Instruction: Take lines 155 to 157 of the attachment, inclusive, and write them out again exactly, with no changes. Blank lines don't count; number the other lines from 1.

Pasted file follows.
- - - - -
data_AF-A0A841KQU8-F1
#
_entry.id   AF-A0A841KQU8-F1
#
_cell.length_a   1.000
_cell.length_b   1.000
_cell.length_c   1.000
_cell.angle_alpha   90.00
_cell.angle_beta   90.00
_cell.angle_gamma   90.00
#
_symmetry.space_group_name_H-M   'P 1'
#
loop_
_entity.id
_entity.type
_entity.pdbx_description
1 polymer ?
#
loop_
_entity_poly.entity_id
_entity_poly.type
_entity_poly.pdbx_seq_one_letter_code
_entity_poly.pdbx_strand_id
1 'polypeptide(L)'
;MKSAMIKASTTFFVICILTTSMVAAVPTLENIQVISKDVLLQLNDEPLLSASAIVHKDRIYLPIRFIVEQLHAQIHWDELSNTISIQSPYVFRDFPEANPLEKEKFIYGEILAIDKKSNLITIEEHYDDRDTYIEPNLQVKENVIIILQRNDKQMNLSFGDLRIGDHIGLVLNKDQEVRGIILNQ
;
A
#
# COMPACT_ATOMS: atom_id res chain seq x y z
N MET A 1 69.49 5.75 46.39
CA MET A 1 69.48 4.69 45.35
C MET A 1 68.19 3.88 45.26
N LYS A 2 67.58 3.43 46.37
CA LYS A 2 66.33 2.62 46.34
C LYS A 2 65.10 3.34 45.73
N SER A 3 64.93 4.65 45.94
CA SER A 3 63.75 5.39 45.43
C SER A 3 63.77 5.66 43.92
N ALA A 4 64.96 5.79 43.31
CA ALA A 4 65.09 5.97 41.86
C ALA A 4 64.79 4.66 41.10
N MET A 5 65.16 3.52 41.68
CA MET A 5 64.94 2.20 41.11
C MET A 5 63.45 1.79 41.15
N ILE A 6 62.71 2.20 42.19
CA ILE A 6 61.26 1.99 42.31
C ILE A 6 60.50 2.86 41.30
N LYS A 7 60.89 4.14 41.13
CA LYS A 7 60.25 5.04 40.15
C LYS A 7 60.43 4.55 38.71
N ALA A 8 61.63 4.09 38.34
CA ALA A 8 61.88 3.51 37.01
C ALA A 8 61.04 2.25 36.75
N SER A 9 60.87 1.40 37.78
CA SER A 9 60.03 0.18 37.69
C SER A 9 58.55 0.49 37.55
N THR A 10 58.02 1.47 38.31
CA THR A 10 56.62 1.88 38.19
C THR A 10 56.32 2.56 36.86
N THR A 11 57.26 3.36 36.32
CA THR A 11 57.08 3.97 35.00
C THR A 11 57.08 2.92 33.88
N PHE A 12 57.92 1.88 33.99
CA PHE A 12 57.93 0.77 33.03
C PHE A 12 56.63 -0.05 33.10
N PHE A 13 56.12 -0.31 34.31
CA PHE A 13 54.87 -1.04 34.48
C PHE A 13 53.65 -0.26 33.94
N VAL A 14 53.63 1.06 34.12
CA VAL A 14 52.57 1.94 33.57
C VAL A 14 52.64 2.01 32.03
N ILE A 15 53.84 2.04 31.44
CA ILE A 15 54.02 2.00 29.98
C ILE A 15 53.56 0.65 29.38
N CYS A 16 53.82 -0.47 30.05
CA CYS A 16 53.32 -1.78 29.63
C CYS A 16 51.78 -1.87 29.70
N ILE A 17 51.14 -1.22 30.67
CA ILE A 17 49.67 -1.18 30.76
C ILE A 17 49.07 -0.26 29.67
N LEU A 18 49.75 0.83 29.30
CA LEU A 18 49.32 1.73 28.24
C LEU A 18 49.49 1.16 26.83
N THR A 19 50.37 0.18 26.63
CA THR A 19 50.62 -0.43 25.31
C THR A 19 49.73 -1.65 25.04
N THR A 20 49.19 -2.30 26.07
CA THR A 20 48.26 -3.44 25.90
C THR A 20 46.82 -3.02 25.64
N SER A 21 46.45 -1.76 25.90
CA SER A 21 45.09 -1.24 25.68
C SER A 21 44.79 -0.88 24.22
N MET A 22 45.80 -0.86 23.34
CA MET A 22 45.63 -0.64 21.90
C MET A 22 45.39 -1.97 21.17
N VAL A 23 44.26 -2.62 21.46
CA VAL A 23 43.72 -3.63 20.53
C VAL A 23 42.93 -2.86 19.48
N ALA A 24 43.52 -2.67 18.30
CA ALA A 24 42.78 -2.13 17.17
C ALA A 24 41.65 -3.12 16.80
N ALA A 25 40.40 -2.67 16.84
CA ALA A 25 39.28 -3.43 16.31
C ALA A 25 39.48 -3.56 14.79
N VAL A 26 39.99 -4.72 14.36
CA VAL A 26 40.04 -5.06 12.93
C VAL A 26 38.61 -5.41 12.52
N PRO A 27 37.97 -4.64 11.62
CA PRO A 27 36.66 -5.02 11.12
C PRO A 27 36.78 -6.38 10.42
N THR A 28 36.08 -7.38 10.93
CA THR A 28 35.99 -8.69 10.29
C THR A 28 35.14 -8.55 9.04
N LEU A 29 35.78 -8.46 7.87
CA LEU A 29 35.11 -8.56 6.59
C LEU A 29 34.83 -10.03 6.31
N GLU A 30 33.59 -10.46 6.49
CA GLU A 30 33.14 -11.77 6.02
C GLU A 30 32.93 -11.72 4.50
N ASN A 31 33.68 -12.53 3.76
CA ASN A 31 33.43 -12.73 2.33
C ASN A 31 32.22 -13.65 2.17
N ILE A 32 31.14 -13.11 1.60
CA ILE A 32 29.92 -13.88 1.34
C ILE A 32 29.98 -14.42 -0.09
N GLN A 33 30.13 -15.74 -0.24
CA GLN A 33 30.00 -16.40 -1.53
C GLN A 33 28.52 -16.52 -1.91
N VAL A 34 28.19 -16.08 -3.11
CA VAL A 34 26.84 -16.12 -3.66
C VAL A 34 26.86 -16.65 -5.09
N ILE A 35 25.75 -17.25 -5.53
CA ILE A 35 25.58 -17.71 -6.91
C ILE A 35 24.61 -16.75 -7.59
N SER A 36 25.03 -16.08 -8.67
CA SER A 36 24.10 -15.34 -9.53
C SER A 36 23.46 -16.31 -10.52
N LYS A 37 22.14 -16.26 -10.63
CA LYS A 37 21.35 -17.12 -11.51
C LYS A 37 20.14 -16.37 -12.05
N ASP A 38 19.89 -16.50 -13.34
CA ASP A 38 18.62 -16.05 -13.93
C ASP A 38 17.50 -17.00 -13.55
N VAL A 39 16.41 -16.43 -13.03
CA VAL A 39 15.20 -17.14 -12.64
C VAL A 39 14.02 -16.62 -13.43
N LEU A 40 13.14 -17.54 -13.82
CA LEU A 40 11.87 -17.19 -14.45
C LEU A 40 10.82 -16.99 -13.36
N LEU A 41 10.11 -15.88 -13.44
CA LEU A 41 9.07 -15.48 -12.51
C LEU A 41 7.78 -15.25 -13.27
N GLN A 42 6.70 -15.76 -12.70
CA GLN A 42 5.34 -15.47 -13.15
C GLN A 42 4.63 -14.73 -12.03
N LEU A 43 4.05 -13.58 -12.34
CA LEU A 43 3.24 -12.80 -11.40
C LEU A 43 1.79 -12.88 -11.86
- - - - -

CA GLN A 42 5.34 -15.47 -13.15
C GLN A 42 4.63 -14.73 -12.03
N LEU A 43 4.05 -13.58 -12.34